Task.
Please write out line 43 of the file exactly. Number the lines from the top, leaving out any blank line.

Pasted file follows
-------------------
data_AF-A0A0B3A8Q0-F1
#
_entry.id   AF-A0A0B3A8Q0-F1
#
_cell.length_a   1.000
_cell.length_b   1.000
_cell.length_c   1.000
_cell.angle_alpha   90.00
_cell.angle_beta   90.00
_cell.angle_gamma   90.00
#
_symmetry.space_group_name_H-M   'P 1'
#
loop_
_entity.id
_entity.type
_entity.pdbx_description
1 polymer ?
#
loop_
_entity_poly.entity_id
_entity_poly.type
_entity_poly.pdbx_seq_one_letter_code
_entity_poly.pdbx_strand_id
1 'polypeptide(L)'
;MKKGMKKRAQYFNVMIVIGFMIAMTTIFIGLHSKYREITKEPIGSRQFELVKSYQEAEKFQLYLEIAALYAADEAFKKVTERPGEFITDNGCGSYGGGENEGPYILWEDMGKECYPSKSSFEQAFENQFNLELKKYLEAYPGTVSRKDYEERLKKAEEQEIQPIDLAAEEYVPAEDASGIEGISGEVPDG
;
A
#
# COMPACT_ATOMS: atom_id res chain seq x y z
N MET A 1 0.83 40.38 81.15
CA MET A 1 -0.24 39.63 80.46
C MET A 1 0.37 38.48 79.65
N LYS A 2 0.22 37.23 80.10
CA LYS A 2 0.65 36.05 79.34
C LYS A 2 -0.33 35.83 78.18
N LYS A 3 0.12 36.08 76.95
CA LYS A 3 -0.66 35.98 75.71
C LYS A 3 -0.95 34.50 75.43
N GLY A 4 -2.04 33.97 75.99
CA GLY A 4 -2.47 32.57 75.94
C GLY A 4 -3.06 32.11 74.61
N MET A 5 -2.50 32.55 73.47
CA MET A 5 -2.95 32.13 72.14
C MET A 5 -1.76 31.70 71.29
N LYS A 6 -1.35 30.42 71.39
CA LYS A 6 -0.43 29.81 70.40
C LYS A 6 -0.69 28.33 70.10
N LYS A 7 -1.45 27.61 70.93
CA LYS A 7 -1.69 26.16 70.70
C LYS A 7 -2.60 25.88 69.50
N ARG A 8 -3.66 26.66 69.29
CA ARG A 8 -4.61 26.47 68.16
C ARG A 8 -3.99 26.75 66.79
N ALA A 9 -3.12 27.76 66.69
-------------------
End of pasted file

N MET A 5 -2.50 32.55 73.47